I found myself often asking this question: what to write? Scoping the project is fun, at the same time could be very challenging. I know that if only I have infinitive time in my hand, I would develop a software nobody would even image in the wildest dream. The truth is I do not have infinite time in my hand. In fact, time is so short and limited; I must make sure that every minute must be counted. So, where to begin to cut down (sacrifice)? Or better question what is the bare minimum requirements for the software (I use software and website interchangeably) to be considered satisfactory? As Eric Reis explains his excellent book The Lean Startup what would be my minumum viable product which allows my and my team to collect the maximum amount of validated learning about the users?
Trimming down features
What good purpose it serves if the software doesn't do what is suppose to do? You may build best possible looking website aesthetically, but it doesn't convert... Engineeringly masterpiece software application which doesn't do what it is required to do... The effort, the time put into the project, consumed caffeine, used brain power; all would be wasted if the software doesn't live up to its functional expectation.
Before diving into details, I would gather information by asking simplest question that I have found What do you want to achieve by employing this software? In other words, what do you want this software to solve? Often, I know the answer, but it doesn't hurt to ask stakeholders one more time.
If it's a website, especially transactional one, answer is so simple, yet sometimes it can be overlooked; convert more prospect to buying customers! Everything else is sub-goal, and it is okay if they are not achieved initially. Same goes for applications; if the application doesn't help make more sales or if it doesn't assists overall company goals it may not be worth to write. Unless you work for a project which has other concentrations other than sales; such as personal satisfaction, moral, social, scientific or other reasons. Generally speaking, those are not my cases.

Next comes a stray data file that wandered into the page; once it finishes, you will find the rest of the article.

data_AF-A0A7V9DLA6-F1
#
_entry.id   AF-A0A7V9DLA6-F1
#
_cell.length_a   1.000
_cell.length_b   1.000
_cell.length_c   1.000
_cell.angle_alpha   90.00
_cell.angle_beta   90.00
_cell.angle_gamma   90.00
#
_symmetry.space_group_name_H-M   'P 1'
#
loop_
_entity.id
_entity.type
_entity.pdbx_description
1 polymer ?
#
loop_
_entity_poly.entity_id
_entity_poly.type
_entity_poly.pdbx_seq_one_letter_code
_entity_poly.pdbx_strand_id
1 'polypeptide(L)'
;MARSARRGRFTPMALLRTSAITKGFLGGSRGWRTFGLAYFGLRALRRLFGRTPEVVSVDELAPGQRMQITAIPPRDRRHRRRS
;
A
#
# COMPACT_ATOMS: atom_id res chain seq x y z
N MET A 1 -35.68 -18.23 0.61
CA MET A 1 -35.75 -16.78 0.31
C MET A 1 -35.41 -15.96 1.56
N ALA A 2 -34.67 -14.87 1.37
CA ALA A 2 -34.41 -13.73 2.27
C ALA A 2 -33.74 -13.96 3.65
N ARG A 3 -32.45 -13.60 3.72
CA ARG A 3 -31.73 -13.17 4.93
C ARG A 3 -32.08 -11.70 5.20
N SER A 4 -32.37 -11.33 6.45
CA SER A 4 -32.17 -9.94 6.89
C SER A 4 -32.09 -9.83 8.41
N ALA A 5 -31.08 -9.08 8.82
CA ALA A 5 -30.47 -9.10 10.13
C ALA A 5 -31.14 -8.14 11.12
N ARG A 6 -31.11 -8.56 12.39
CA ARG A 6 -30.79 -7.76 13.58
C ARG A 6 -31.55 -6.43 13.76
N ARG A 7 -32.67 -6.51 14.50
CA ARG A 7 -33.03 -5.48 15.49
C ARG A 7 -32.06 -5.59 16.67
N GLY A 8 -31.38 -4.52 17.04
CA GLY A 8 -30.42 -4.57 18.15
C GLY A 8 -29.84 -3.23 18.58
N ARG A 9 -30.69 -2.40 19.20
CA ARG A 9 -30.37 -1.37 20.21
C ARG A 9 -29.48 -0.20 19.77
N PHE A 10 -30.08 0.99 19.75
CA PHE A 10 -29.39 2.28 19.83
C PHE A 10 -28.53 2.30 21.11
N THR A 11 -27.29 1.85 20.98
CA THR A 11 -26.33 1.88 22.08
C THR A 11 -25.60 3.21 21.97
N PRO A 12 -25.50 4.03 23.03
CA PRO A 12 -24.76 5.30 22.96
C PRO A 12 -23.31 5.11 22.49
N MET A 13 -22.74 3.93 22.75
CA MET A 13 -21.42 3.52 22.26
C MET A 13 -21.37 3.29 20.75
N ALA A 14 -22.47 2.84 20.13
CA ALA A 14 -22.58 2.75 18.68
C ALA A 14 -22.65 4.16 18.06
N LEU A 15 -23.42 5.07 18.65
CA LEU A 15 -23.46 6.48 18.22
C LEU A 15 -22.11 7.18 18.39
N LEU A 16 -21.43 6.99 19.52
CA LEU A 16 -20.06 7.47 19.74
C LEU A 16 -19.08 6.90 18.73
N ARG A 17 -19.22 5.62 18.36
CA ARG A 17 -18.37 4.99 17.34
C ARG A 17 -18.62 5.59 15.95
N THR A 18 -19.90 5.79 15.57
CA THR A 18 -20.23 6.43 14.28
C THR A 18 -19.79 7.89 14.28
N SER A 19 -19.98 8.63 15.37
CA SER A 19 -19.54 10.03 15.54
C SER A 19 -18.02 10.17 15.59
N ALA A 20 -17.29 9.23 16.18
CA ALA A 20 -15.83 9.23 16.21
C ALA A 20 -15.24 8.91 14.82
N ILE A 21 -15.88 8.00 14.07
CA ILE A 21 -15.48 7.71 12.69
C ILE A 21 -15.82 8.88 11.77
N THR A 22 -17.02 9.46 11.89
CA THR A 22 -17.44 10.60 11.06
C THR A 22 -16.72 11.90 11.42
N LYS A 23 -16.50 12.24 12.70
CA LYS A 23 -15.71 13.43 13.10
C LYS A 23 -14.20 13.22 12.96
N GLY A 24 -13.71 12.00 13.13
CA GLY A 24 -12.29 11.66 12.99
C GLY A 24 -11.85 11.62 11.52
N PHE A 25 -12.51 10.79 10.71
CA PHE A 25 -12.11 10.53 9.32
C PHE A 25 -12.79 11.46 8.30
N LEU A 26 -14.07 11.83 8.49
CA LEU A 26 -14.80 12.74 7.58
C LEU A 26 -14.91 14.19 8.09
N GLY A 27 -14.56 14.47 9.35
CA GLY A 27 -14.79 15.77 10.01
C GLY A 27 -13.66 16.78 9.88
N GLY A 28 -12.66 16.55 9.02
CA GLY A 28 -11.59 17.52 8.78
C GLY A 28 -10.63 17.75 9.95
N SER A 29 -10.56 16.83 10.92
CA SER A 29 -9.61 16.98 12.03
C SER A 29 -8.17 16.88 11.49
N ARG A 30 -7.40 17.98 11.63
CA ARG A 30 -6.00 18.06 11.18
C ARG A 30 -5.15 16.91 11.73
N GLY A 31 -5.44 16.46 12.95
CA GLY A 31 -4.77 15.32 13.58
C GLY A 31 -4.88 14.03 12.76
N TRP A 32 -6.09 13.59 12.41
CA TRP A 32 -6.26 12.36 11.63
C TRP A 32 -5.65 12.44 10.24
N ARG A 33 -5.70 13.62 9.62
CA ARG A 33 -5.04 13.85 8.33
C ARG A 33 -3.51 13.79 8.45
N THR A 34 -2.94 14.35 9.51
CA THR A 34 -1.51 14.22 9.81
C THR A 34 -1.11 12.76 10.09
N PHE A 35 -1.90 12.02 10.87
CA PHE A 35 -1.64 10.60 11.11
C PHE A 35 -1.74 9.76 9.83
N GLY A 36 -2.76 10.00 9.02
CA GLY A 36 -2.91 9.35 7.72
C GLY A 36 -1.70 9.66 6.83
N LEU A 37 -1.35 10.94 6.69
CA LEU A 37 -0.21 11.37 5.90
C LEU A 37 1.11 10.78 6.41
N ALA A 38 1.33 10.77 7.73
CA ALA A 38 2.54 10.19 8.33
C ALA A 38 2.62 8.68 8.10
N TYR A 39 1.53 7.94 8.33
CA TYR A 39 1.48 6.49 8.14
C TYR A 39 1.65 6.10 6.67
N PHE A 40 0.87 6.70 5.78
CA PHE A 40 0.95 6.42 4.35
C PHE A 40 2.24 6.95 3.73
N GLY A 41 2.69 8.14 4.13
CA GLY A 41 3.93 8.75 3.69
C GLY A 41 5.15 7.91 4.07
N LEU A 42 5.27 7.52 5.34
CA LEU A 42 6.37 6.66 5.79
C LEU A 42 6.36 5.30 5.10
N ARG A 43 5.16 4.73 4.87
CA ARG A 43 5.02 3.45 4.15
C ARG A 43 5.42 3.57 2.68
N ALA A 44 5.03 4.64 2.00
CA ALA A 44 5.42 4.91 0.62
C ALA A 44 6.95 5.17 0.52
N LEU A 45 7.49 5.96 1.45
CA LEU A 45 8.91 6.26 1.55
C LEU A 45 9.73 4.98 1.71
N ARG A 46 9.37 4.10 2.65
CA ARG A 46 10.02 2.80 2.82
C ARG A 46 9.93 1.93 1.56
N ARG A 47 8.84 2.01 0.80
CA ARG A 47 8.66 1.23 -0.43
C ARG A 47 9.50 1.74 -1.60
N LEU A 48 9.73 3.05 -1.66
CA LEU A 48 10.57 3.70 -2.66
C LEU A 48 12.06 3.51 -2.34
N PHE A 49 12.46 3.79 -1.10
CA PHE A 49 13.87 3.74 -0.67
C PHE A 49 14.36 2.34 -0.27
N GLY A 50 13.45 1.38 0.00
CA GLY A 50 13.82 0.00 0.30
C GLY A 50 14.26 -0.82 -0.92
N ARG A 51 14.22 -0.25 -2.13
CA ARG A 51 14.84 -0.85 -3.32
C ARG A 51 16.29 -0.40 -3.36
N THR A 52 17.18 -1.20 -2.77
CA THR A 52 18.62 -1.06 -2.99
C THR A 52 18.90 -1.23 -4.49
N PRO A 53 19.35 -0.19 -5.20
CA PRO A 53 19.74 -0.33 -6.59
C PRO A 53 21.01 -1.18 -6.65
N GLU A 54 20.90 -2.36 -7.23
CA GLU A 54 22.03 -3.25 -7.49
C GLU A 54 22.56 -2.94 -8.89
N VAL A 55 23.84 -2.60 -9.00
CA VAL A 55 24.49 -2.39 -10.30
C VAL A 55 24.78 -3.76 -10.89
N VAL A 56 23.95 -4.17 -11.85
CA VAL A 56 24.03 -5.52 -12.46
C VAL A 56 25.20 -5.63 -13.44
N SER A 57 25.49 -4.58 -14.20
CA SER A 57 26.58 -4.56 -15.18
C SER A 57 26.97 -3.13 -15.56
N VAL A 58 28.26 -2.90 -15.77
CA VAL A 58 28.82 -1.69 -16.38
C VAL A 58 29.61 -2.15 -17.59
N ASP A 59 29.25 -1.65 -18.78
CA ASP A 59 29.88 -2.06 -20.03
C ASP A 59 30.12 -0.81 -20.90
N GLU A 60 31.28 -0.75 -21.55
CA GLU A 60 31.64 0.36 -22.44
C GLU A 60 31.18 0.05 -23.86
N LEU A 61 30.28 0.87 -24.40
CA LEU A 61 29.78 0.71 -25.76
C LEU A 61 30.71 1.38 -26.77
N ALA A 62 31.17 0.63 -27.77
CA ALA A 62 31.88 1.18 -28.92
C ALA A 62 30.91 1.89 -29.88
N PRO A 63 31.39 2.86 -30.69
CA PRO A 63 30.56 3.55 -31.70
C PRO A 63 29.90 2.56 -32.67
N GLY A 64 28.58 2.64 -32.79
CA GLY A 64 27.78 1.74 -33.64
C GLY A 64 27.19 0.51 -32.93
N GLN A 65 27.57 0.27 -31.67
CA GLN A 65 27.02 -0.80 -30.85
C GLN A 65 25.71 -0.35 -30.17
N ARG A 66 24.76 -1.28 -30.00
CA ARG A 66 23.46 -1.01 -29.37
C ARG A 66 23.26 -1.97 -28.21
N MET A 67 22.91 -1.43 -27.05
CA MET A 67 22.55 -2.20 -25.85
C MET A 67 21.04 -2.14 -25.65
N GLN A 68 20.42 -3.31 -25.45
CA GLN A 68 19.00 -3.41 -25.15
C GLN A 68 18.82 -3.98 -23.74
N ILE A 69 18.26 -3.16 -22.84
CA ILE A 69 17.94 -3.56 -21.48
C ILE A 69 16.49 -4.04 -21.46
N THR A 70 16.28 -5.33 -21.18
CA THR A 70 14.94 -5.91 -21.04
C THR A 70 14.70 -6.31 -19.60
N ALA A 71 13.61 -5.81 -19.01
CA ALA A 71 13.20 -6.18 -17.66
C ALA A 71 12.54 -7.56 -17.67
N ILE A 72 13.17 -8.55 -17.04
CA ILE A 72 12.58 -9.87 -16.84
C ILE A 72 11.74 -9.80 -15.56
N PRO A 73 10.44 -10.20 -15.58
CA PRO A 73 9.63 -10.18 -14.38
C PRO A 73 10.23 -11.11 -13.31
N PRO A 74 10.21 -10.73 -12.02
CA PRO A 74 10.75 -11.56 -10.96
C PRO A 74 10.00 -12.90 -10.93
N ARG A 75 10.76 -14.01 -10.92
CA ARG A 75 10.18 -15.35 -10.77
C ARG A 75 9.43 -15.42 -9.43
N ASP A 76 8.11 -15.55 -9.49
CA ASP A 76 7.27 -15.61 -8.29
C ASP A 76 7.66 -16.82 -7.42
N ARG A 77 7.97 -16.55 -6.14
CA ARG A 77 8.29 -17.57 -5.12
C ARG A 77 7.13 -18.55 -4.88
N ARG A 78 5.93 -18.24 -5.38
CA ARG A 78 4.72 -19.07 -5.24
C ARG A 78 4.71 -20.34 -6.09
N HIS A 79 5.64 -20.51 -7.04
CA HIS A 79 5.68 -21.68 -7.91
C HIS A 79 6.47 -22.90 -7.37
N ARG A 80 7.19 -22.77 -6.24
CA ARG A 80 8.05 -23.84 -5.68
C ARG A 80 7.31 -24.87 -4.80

Cutting down from non-functional requirements
I haven't seen anybody likes to have slow or constantly crashing software. So, the user stands point of view; it must be fast, responsive and highly accessible. On the other hand engineering stand point of view; it must be secure, extensible and maintainable. Nobody would argue the necessity of ever growing non-functional requirements.
However, if I go back to my first argument; if the application doesn't satisfy its fundamental functional requirements (it could be making more sales); there will be no use for it. Therefore, it may be the best place to start cut-down. However, by no means, you need to write software full of technical problems. Rather, write software simpliest way for non-functional requirements while you don't even know the project would be considered successful. Default security settings, quick access to data, organizing the source codes for future use, etc. actually a good place to start before spending countless hours putting bank-level security systems, writing robust caching mechanism or coding spaghetti style. There is no excuse for them...
Cutting down from time-related requirements
What makes any good if the software generates most comprehensive sales report if there are no sales. Another example would be, if you write an e-commerce application with a polished reviewing system in place, however, there is nobody purchased anything to review for. Supporting multiple warehouses while you have only one warehouse, implementing another country's tax system while you are only serving to one country at the beginning. It's good to have an idea for future growth and direction but, the first goal is to make a software which supports current situation.